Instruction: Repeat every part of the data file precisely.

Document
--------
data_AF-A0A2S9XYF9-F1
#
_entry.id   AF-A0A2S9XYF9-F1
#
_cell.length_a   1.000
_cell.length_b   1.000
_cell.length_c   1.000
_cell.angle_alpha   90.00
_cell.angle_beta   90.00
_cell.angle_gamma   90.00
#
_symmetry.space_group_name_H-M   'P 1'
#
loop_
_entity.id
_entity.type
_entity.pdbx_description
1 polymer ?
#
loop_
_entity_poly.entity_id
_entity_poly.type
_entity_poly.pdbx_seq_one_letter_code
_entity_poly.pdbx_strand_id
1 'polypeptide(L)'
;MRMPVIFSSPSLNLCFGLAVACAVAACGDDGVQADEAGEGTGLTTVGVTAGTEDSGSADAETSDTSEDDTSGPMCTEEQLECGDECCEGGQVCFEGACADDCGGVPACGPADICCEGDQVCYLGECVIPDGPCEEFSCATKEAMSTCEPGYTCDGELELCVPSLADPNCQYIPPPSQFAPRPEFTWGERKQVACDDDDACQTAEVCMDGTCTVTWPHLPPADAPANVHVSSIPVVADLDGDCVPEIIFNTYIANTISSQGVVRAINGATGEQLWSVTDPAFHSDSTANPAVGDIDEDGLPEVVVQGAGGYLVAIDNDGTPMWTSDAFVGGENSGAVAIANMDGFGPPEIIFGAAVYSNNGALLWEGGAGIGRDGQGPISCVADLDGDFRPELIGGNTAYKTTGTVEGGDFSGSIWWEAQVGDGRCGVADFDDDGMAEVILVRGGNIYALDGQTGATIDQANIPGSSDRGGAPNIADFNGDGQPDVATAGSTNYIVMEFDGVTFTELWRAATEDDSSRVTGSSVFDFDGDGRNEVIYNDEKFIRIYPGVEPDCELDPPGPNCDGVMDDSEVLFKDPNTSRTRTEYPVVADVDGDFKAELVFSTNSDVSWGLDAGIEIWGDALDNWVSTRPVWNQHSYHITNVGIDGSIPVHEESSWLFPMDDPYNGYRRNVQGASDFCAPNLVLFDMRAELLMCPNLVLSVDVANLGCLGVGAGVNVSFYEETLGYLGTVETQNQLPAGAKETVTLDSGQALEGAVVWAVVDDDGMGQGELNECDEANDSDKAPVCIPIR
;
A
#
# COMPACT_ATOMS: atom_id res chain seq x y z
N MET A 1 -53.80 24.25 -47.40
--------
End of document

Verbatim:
data_AF-A0A2S9XYF9-F1
#
_entry.id   AF-A0A2S9XYF9-F1
#
_cell.length_a   1.000
_cell.length_b   1.000
_cell.length_c   1.000
_cell.angle_alpha   90.00
_cell.angle_beta   90.00
_cell.angle_gamma   90.00
#
_symmetry.space_group_name_H-M   'P 1'
#
loop_
_entity.id
_entity.type
_entity.pdbx_description
1 polymer ?
#
loop_
_entity_poly.entity_id
_entity_poly.type
_entity_poly.pdbx_seq_one_letter_code
_entity_poly.pdbx_strand_id
1 'polypeptide(L)'
;MRMPVIFSSPSLNLCFGLAVACAVAACGDDGVQADEAGEGTGLTTVGVTAGTEDSGSADAETSDTSEDDTSGPMCTEEQLECGDECCEGGQVCFEGACADDCGGVPACGPADICCEGDQVCYLGECVIPDGPCEEFSCATKEAMSTCEPGYTCDGELELCVPSLADPNCQYIPPPSQFAPRPEFTWGERKQVACDDDDACQTAEVCMDGTCTVTWPHLPPADAPANVHVSSIPVVADLDGDCVPEIIFNTYIANTISSQGVVRAINGATGEQLWSVTDPAFHSDSTANPAVGDIDEDGLPEVVVQGAGGYLVAIDNDGTPMWTSDAFVGGENSGAVAIANMDGFGPPEIIFGAAVYSNNGALLWEGGAGIGRDGQGPISCVADLDGDFRPELIGGNTAYKTTGTVEGGDFSGSIWWEAQVGDGRCGVADFDDDGMAEVILVRGGNIYALDGQTGATIDQANIPGSSDRGGAPNIADFNGDGQPDVATAGSTNYIVMEFDGVTFTELWRAATEDDSSRVTGSSVFDFDGDGRNEVIYNDEKFIRIYPGVEPDCELDPPGPNCDGVMDDSEVLFKDPNTSRTRTEYPVVADVDGDFKAELVFSTNSDVSWGLDAGIEIWGDALDNWVSTRPVWNQHSYHITNVGIDGSIPVHEESSWLFPMDDPYNGYRRNVQGASDFCAPNLVLFDMRAELLMCPNLVLSVDVANLGCLGVGAGVNVSFYEETLGYLGTVETQNQLPAGAKETVTLDSGQALEGAVVWAVVDDDGMGQGELNECDEANDSDKAPVCIPIR
;
A
#
# COMPACT_ATOMS: atom_id res chain seq x y z
N MET A 1 -53.80 24.25 -47.40